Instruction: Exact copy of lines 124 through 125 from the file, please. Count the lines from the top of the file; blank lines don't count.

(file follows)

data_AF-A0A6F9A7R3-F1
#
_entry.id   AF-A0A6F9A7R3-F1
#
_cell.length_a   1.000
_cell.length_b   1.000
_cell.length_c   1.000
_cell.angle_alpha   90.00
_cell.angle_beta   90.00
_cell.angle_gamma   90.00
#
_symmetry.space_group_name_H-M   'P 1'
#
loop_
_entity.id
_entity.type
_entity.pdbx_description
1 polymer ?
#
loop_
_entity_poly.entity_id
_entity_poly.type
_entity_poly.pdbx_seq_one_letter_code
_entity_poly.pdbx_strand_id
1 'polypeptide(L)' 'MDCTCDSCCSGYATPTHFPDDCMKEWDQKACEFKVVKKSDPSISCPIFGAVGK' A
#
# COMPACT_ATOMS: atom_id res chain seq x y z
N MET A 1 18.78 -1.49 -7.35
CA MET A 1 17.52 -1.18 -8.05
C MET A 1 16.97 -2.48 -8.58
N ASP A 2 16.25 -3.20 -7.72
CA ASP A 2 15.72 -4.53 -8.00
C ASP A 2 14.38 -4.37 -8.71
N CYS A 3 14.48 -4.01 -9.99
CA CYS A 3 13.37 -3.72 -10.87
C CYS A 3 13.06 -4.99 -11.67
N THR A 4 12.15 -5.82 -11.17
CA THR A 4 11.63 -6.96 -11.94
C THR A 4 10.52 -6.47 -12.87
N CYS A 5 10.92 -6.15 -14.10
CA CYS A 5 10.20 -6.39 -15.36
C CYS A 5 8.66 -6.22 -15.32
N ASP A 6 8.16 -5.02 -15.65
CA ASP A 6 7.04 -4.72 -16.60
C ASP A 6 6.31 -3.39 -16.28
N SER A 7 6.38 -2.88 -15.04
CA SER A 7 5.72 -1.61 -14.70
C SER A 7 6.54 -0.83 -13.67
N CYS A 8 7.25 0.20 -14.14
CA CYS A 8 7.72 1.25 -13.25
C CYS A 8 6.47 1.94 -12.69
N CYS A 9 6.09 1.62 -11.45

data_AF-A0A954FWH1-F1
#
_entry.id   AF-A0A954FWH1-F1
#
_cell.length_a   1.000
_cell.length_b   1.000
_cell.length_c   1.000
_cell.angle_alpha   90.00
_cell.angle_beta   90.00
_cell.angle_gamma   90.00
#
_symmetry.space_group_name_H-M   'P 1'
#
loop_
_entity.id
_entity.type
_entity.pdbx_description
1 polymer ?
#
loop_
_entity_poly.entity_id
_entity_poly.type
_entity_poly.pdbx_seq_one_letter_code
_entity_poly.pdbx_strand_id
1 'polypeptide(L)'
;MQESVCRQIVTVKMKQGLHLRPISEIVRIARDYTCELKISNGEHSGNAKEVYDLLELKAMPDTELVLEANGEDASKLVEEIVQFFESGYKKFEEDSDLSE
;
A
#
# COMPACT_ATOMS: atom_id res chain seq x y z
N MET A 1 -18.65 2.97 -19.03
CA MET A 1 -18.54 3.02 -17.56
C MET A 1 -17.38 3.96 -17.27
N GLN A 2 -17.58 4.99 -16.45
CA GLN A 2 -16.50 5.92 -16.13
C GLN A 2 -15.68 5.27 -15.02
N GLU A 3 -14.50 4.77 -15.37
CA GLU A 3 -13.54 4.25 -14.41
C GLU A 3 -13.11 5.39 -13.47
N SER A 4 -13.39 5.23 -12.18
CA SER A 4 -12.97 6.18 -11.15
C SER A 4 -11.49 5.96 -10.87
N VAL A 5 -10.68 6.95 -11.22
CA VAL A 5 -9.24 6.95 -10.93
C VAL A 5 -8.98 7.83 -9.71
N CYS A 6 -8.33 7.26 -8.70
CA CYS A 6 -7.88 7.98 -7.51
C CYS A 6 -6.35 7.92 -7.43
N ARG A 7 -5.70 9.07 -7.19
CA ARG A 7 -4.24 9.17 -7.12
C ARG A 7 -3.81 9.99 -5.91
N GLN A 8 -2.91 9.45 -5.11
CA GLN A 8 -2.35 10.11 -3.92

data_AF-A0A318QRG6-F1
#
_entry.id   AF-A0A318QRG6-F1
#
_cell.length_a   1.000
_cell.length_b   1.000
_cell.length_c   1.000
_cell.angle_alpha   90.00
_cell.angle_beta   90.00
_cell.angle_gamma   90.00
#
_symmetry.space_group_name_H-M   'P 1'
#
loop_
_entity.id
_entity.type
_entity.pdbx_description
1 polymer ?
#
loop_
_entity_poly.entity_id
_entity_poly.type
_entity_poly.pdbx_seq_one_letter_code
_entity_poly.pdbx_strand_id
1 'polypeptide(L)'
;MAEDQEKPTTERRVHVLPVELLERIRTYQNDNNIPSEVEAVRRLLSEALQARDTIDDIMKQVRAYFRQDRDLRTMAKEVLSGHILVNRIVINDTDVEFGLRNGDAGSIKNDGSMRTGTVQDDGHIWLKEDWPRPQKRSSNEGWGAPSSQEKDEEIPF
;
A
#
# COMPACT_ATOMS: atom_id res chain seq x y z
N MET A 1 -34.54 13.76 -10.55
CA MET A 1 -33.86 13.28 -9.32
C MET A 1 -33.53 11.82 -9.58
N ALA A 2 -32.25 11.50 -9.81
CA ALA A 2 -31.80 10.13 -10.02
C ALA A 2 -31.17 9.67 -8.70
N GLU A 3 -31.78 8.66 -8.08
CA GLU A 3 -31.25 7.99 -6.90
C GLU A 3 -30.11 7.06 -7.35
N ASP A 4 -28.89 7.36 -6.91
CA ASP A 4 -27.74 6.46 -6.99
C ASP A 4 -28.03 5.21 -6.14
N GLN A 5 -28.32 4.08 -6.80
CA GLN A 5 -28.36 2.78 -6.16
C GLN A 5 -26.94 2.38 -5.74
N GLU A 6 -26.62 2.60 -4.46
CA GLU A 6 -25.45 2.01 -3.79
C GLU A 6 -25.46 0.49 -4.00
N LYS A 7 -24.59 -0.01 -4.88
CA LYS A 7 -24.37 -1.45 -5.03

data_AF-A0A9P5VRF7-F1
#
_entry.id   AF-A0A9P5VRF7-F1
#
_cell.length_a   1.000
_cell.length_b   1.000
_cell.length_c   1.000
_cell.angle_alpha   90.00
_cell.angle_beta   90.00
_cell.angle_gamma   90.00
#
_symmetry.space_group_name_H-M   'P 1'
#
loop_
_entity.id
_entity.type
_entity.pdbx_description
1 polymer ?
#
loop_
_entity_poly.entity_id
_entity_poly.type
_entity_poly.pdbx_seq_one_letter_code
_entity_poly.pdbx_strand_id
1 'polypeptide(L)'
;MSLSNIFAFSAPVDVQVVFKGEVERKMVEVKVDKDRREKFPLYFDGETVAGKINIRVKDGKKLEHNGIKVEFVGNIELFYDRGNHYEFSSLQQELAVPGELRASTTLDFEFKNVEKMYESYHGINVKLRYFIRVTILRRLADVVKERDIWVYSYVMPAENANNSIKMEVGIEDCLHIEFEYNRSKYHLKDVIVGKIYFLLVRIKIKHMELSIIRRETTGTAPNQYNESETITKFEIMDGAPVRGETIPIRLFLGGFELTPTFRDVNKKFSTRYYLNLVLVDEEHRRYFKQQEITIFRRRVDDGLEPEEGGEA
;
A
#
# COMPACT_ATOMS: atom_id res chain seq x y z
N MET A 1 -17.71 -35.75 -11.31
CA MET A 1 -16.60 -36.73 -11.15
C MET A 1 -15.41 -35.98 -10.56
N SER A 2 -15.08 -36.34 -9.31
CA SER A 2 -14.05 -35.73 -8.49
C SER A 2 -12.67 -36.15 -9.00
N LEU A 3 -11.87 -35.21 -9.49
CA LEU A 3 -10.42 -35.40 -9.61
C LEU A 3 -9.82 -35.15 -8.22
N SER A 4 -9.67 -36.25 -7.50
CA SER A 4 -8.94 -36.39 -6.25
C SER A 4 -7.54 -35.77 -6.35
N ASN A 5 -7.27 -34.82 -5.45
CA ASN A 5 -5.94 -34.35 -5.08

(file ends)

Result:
#
loop_